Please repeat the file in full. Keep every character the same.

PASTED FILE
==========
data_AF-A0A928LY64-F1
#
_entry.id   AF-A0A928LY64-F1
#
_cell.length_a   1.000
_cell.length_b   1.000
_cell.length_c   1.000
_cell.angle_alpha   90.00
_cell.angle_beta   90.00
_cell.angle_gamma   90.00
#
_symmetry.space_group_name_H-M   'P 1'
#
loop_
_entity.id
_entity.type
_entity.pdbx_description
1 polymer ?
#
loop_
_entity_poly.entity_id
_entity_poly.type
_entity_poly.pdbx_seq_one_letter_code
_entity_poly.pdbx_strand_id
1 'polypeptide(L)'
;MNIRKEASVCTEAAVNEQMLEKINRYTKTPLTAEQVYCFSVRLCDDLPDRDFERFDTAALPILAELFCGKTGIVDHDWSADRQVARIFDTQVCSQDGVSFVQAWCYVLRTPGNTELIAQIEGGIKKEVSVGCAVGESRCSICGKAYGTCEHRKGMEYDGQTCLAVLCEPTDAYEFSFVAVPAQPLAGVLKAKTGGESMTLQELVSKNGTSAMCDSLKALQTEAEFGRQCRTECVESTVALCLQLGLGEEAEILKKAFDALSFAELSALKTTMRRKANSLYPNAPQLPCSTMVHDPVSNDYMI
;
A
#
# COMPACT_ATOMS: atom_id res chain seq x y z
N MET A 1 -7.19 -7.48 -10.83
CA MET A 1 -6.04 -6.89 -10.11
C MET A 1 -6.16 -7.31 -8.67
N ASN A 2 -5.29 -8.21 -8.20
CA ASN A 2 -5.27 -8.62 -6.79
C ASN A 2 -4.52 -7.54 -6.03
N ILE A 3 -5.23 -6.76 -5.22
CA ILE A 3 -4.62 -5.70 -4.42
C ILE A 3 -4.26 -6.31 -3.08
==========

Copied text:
data_AF-A0A928LY64-F1
#
_entry.id   AF-A0A928LY64-F1
#
_cell.length_a   1.000
_cell.length_b   1.000
_cell.length_c   1.000
_cell.angle_alpha   90.00
_cell.angle_beta   90.00
_cell.angle_gamma   90.00
#
_symmetry.space_group_name_H-M   'P 1'
#
loop_
_entity.id
_entity.type
_entity.pdbx_description
1 polymer ?
#
loop_
_entity_poly.entity_id
_entity_poly.type
_entity_poly.pdbx_seq_one_letter_code
_entity_poly.pdbx_strand_id
1 'polypeptide(L)'
;MNIRKEASVCTEAAVNEQMLEKINRYTKTPLTAEQVYCFSVRLCDDLPDRDFERFDTAALPILAELFCGKTGIVDHDWSADRQVARIFDTQVCSQDGVSFVQAWCYVLRTPGNTELIAQIEGGIKKEVSVGCAVGESRCSICGKAYGTCEHRKGMEYDGQTCLAVLCEPTDAYEFSFVAVPAQPLAGVLKAKTGGESMTLQELVSKNGTSAMCDSLKALQTEAEFGRQCRTECVESTVALCLQLGLGEEAEILKKAFDALSFAELSALKTTMRRKANSLYPNAPQLPCSTMVHDPVSNDYMI
;
A
#
# COMPACT_ATOMS: atom_id res chain seq x y z
N MET A 1 -7.19 -7.48 -10.83
CA MET A 1 -6.04 -6.89 -10.11
C MET A 1 -6.16 -7.31 -8.67
N ASN A 2 -5.29 -8.21 -8.20
CA ASN A 2 -5.27 -8.62 -6.79
C ASN A 2 -4.52 -7.54 -6.03
N ILE A 3 -5.23 -6.76 -5.22
CA ILE A 3 -4.62 -5.70 -4.42
C ILE A 3 -4.26 -6.31 -3.08